Indie pop isn’t the first thing people associate with Albuquerque, N.M. The city is better known for hot air balloons and green chilies, but it did give us folk-rock favorites The Shins.
Now, Lousy Robot attempts to tread a similar path out of the desert. It’s made progress in spreading its music nationally through television, finding its tunes on MTV and Bravo. And bassist Dandee Fleming’s favorite placement? “Man v. Food.”
“It was in Detroit, the episode about the world’s largest hamburger. I heard it organically, didn’t even know it was being placed on the show,” he said. “One of my friends hit me and said, ‘That’s you.’ I was like, ‘I’ve never eaten a hamburger that big.’ Then it dawned on me that our song was playing.”
Finding their music on the boob tube is surprising in more ways than one. The perky, upbeat melodies certainly seem like a perfect match, but the cynical, disheartening lyrics residing underneath don’t. It’s been described as “the happiest music ever about feeling sad,” and the despair often takes a few listens before it manifests.
“When people see us live, they come up to us and say, ‘These songs are actually kind of sad, aren’t they?’ They definitely are,” Fleming said.
Anguish has always been at the heart of songwriter, vocalist and guitarist Jim Phillips’ work, and the rest of Lousy Robot was OK with that … but decided to fight that gloom with a little gleam.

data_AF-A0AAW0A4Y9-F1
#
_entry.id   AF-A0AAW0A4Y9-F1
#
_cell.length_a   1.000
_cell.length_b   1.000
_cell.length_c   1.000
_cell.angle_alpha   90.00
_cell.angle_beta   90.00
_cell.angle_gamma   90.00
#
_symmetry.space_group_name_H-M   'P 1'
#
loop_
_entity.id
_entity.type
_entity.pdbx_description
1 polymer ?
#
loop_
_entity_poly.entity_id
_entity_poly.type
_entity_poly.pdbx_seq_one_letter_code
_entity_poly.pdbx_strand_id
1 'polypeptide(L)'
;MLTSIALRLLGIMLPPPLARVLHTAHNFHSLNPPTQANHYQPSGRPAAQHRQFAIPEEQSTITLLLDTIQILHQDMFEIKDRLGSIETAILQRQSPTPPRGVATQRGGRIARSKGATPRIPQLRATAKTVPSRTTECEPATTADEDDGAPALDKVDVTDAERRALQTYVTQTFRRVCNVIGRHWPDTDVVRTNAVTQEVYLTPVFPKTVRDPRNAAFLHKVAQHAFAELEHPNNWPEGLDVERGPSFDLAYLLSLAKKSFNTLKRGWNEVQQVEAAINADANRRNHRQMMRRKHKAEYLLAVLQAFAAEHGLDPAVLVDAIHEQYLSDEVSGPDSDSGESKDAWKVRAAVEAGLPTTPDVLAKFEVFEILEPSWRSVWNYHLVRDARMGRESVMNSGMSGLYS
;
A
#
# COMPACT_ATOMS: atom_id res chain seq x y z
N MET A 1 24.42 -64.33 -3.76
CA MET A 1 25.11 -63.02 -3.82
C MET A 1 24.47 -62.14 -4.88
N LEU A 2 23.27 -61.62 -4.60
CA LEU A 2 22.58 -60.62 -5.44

“What ends up happening is we have this song that is musically upbeat and poppy, and the lyrical content isn’t necessarily so,” Fleming said. “A little bit of it is a conscious decision. We want people to be able to dance around and have a good time at our live shows, so we go that direction.”
People say, “These songs are sad, aren’t they?” Yes, they are.
The success they’ve had is a testament to that. Since forming in 2003, the ’bot has released three albums, including this year’s “Hail the Conquering Fool.” Having shared the stage with the likes of adored Oklahoma bands Colourmusic and Shiny Toy Guns — and Stillwater’s People, People, come Thursday night at Opolis — the group seems well poised to become Albuquerque’s next big export.
“Sometimes people around here think that because The Shins came out of Albuquerque, no other band can get that big,” Fleming said. “They can, though, as long as they’ve got something worth listening to.”